Contest, written and directed by Anthony Joseph Giunta, is a family movie. It will appeal to tweens and teens because of the stars and the dynamite music included on the DVD. Others can appreciate it on the level of the social dynamics: how teenagers function beyond what adults see and want to understand. The film embraces important messages, not only about anti-bullying but about shared values, love, ethics and respect for other human beings, regardless of background. With regard to its universal themes, it is a film that throws out a wide net and will catch more than its share of fish.
This is partly due to the range of characters and the savvy, clever plot twists in a well drawn story. Tommy Dolan (an appealing and appropriately ironic and clever Danny Flaherty) and Gran (a sweet, kind Mary Beth Peil) are on uneven economic footing. Gran may lose the lease on her pizza place, unless she comes up with the necessary money. Tommy who lost his parents in a car accident lives with Gran. He is continually bulled and demeaned at school, always the outsider. After he reads and confiscates the letter from the landlord about the money, he will be “the man of the house and solve the problem.” He allows Gran to enroll him in a TV cooking contest (risking an exponential bullying disaster when his classmates find out). He is a great chef, so he and his team will have a reasonable chance of winning this contest. If they win, not only will he have his own show, he will secure a monetary prize which will go for the lease.
Matt Prylek (a well modulated performance by Kenton Duty), who is the most popular kid and Tommy’s bullying nemesis, ends up being on Tommy’s cooking team as part of an anti-bullying campaign. He does this in self-interest to get on the good side of the principal who will then allow him to stay on the swim team where he is a star. Matt’s older brother and guardian Kyle (Kyle Dean Massey in an oily and nefarious performance), is in cahoots with the landlord who has the lease on Gran’s pizza place. Kyle and his friend, the landlord, concoct a twisted scheme to have Tommy’s team go down in flames so Tommy will never win the money and his own lucrative show. Gran will vacate and the landlord can redevelop the area, making a huge amount of money.
During the cooking competition challenges, we understand the official and unofficial social dynamics in the school. The unofficial student culture keeps bullying entrenched despite the “official” anti-bullying campaign. Some behaviors are irreversible, especially when the adults and educators mean well, but are rather clueless about how to change the ethics of what is happening in the kids’ social system. This expose is brilliantly written and like many of the great movies of this genre. Too bad educators are so overwhelmed that they can’t really take these subjects and themes to heart and effect better results with their attempted reforms. The kids know it and the bullies make sure to play the system to the hilt as does Matt and his swim team buddies and fans.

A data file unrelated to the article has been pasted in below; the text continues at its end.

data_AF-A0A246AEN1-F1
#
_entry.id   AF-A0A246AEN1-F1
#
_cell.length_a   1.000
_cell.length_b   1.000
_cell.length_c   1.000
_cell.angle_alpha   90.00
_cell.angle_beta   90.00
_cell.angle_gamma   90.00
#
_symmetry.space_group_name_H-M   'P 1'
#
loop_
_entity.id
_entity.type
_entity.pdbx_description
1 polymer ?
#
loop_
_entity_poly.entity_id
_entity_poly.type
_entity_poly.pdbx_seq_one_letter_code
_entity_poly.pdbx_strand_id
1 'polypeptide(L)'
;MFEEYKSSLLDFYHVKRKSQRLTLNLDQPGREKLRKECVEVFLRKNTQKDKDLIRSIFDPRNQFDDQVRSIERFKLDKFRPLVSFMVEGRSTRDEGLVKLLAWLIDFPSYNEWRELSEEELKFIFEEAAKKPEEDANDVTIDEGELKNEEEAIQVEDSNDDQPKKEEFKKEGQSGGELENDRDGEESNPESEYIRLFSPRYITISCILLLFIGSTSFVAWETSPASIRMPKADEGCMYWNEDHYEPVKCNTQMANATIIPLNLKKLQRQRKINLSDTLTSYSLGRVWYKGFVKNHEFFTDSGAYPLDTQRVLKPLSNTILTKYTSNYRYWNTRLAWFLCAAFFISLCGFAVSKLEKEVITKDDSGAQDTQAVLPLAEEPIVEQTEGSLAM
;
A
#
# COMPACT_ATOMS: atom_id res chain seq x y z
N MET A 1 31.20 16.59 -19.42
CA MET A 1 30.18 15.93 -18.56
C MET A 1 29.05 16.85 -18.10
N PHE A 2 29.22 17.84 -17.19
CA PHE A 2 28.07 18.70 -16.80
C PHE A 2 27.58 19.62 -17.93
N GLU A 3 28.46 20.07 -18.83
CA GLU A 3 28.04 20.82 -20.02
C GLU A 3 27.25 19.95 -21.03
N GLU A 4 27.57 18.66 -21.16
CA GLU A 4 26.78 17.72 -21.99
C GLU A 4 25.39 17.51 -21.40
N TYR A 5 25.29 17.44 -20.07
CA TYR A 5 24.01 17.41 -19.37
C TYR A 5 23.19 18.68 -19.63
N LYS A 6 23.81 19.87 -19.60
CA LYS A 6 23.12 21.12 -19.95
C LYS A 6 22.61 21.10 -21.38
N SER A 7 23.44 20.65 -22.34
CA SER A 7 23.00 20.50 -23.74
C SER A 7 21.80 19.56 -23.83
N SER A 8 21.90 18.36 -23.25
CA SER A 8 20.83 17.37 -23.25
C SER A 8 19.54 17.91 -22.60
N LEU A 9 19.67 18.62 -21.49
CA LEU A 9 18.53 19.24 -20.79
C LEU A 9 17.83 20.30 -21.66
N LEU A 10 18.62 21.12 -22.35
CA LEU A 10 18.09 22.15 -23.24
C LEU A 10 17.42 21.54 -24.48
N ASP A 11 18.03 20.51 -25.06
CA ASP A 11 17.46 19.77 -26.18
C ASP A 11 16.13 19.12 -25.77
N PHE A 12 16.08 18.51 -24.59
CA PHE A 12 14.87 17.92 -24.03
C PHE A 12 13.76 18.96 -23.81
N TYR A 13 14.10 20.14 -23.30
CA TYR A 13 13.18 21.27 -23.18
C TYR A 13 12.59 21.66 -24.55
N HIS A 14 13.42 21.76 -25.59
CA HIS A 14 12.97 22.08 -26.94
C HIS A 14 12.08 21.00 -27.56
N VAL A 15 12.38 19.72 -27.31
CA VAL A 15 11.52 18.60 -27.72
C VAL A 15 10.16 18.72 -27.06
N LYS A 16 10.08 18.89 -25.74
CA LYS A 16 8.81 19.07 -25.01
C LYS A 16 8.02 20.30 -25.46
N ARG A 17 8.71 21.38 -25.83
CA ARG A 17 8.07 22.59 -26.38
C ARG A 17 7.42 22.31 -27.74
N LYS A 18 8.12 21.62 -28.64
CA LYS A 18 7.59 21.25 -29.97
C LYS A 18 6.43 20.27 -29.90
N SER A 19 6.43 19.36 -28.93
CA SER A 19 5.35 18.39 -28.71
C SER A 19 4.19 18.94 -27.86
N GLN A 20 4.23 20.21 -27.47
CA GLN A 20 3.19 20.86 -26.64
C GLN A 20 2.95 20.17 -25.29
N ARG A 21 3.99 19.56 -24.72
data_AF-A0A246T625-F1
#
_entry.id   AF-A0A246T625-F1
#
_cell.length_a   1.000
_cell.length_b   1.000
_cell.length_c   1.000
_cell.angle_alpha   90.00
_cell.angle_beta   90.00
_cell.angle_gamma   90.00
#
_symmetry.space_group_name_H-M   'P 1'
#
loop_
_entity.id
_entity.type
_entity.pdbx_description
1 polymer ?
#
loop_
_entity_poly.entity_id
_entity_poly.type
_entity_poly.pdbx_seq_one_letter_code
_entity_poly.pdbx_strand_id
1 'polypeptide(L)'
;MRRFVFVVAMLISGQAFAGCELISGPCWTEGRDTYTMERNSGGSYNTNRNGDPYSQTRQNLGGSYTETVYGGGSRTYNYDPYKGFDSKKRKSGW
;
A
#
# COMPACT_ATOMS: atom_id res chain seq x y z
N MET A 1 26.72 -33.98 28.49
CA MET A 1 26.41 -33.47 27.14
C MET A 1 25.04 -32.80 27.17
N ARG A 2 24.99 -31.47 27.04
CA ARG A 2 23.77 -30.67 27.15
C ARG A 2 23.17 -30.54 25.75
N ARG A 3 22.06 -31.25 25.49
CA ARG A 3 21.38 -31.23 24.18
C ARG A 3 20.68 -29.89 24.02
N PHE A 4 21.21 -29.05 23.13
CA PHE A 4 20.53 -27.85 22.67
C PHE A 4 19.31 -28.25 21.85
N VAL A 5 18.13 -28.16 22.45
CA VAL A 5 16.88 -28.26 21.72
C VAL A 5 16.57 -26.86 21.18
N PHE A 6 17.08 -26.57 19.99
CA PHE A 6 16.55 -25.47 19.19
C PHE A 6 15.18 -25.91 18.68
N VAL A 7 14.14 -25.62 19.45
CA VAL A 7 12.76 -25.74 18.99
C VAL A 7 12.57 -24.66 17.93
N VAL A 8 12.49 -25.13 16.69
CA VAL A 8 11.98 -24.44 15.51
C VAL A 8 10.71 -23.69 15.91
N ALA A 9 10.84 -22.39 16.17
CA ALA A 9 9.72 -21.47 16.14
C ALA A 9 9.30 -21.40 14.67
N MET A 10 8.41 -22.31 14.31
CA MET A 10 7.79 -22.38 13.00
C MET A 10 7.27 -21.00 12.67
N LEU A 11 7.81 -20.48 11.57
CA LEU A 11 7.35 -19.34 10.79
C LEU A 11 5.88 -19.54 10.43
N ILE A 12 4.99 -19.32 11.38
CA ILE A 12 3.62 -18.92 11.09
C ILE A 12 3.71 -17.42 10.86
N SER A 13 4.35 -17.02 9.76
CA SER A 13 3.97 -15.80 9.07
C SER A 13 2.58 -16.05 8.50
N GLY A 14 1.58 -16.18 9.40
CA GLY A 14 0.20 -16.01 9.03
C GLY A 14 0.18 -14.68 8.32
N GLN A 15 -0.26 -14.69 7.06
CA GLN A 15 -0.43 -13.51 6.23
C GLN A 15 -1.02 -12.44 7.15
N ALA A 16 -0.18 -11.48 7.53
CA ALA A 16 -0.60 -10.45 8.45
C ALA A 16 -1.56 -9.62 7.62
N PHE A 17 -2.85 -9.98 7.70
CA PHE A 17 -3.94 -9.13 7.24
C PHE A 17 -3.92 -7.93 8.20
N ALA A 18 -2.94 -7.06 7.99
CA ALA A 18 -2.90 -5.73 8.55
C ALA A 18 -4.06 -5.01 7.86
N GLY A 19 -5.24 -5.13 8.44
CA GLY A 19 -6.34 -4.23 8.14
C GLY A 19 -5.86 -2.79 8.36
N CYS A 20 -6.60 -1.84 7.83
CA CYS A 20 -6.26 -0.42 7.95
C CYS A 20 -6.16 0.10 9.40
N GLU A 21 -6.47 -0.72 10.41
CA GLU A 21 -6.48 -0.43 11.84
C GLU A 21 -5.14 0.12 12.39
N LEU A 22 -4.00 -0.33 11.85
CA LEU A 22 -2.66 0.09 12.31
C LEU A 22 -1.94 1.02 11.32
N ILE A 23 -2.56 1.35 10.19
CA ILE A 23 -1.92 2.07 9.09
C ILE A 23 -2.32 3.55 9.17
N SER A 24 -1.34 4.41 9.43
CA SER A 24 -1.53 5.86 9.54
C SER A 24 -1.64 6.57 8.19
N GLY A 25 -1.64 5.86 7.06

However, what Matt doesn’t plan on is another social dynamic, Tommy’s loving Gran and her great good will toward him and others. The dichotomy between who she is and who the slimy landlord influencing who his brother is, wakes Matt up. Matt realizes there is another way to be, especially after he gets closer to Tommy and discovers the similarities between them. Nevertheless, because of Kyle’s machinations, the struggle intensifies in Matt whether to sabotage the team’s effort or help the team succeed. Another problem is that Gran discovers how Tommy has taken the burden of paying off the lease on himself. Heightening the drama and suspense is Tommy’s budding relationship with Sarah O’Malley (the lovely and talented Katherine McNamara). Will he get to be with her or is she going to dump on him like everyone else seems to? Will Tommy’s team lose as the landlord and Kyle’s clever plan have assured it will, effecting a sabotage of a sabotage?
The Contest is surprising and savvy. If you look for the deeper themes and social criticisms you will find them. Why? Because there is a level of reality duplicated in the plot and subject matter that mirrors life. The film is valuable for its message to adults. It is extremely valuable for its message to kids about ethics, good will and respect. And the music is cool. I’d say Contest is a keeper. After the DVD’s feature, the music videos, interviews and other footage as offered assets are the icing on the cake.
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